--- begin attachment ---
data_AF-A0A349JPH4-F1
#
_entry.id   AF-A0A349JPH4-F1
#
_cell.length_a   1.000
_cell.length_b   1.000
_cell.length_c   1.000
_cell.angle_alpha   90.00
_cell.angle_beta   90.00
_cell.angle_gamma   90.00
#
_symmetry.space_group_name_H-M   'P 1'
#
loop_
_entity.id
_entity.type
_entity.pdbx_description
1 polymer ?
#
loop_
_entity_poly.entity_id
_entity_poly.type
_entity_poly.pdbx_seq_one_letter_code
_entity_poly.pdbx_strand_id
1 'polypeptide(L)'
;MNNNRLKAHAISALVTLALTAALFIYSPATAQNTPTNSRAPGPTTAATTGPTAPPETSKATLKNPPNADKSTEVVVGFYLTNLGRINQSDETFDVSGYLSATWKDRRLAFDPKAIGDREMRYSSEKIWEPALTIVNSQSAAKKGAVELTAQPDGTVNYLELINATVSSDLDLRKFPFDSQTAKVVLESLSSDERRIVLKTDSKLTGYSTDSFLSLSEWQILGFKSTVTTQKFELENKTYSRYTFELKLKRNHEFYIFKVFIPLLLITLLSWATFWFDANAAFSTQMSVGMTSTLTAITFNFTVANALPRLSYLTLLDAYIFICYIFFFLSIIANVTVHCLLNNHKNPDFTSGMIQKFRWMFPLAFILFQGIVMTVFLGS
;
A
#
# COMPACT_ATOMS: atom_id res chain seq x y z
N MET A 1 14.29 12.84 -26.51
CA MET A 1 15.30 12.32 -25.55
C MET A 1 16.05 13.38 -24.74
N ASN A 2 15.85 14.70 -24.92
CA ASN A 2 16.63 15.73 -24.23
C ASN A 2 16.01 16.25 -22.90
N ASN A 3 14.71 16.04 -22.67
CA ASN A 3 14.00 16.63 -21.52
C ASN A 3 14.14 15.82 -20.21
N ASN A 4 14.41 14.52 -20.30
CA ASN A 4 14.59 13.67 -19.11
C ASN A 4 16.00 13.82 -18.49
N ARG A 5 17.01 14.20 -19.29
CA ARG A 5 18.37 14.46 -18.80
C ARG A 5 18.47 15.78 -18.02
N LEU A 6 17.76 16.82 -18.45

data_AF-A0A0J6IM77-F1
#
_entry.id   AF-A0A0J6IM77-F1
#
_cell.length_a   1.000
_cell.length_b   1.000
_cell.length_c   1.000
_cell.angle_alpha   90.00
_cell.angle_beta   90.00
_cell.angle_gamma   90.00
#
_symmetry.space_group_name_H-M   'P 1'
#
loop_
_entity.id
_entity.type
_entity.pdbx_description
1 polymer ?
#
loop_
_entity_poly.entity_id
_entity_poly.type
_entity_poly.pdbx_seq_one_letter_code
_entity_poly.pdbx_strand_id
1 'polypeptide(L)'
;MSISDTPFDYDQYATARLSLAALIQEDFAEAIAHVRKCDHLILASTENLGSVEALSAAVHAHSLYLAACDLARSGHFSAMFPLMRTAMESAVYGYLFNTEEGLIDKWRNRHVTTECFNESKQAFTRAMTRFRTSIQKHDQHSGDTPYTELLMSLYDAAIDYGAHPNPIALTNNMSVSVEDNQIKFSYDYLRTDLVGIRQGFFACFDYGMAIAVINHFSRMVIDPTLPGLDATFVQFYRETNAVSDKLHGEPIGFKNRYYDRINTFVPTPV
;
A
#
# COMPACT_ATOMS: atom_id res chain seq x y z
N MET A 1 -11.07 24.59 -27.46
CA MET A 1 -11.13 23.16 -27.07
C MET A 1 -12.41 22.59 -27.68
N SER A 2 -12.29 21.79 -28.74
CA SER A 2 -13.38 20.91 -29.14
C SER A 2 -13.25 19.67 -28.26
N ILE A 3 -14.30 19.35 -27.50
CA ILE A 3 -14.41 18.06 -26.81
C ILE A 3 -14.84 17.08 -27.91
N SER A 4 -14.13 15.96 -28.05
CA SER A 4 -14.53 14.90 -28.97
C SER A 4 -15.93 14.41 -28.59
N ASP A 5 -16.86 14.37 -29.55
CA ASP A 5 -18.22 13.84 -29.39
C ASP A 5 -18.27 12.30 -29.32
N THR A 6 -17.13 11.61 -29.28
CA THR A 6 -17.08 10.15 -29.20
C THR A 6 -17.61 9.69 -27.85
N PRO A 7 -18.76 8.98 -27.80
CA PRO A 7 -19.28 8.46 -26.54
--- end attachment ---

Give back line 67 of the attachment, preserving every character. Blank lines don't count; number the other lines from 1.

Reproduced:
_entity_poly.entity_id